AceShowbiz - Mark Hoppus has recalled moments when he's diagnosed with stage 4 diffuse large B-cell lymphoma. In a new interview, the Blink-182 bassist revealed that he actually didn't mean to share his health issue to the public.
The 49-year-old told GQ on Thursday, December 2 that his initial cancer announcement on social media was a total accident. At the time, the musician thought it was his Instagram Story for "close friends," but he accidentally sent it out to his million-plus followers.
Shortly after, Mark received a concerned text from his manager, asking if he meant to do that. Then the radio stations started calling. His close friends, who were left panicked by his announcement, also bombarded him with texts and calls. He quickly took down the post, but many social media users already took screenshot and reposted it.
"Throughout the day as I'm getting chemotherapy and more bags of chemicals are being dropped into my body, other people are reaching out and they're like, 'Dude, what's going on?' " Mark remembered. "Chemo is like being on the worst international, overnight flight where you can't sleep or get comfortable."
Mark continued, "I felt so s**tty. And the brain fog is so bad. The chemo brain is just heartbreaking to me because I can feel myself diminished mentally right now." The rocker added, "Maybe part of me subconsciously posted it to my main, but I definitely didn't do it on purpose. But I don't know. It kind of felt like a Band-Aid had been ripped off and I was able to be honest with people."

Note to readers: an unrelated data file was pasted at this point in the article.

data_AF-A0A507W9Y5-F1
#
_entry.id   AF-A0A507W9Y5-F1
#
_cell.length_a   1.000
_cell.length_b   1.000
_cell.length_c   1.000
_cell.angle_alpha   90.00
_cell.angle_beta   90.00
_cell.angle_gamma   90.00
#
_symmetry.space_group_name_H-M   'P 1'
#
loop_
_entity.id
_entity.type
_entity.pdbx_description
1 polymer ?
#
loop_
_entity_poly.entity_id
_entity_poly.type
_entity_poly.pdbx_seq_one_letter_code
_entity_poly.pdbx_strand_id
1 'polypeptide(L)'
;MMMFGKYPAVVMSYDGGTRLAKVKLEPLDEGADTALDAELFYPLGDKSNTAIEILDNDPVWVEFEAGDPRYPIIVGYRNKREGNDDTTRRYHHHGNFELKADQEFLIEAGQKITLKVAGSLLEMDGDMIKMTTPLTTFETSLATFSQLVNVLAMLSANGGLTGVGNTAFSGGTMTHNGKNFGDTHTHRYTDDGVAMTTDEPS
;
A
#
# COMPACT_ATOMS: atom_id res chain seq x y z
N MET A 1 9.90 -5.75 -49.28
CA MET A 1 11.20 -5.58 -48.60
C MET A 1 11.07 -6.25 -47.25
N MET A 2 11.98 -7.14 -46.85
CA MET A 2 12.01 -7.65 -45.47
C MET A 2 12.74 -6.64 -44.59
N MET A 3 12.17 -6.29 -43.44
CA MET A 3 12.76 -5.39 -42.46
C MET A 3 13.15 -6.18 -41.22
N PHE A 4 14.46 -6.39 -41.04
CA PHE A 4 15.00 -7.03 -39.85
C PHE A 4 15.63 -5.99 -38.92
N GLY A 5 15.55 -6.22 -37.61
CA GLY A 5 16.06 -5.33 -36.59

Elsewhere during the conversation, Mark admitted that he "had a really dark time" after he was diagnosed with cancer. He told the magazine, "I went through this whole period of like, not why me, but of course me. Why wouldn't it be me?"
"We've had so much good luck and good fortune, and things have kind of fallen into place for me specifically for so long, that of course I was due," Mark continued. "I was due for something tragic."
Mark announced in September that he is now cancer-free. "Just saw my oncologist and I'm cancer free!!" he wrote in an Instagram Story. He then expressed his gratitude, "Thank you God and universe and friends and family and everyone who sent support and kindness and love."
Then in November, Mark celebrated Thanksgiving, saying he felt "truly blessed" to have come out the other side of his health struggle. Alongside a picture of himself sitting in front of his toilet while he was undergoing chemotherapy, he wrote in the caption, "I have so much to be thankful for today. This photo is from June, halfway through chemo, no idea if it was working or not, relegated to the bathroom floor, retching."
"If I ever complain about something trivial or unimportant, please show me this photo to remind me of how bad things can be, and how truly blessed I am," Mark concluded. "I hope you all have an amazing day with friends and family. Happy Thanksgiving."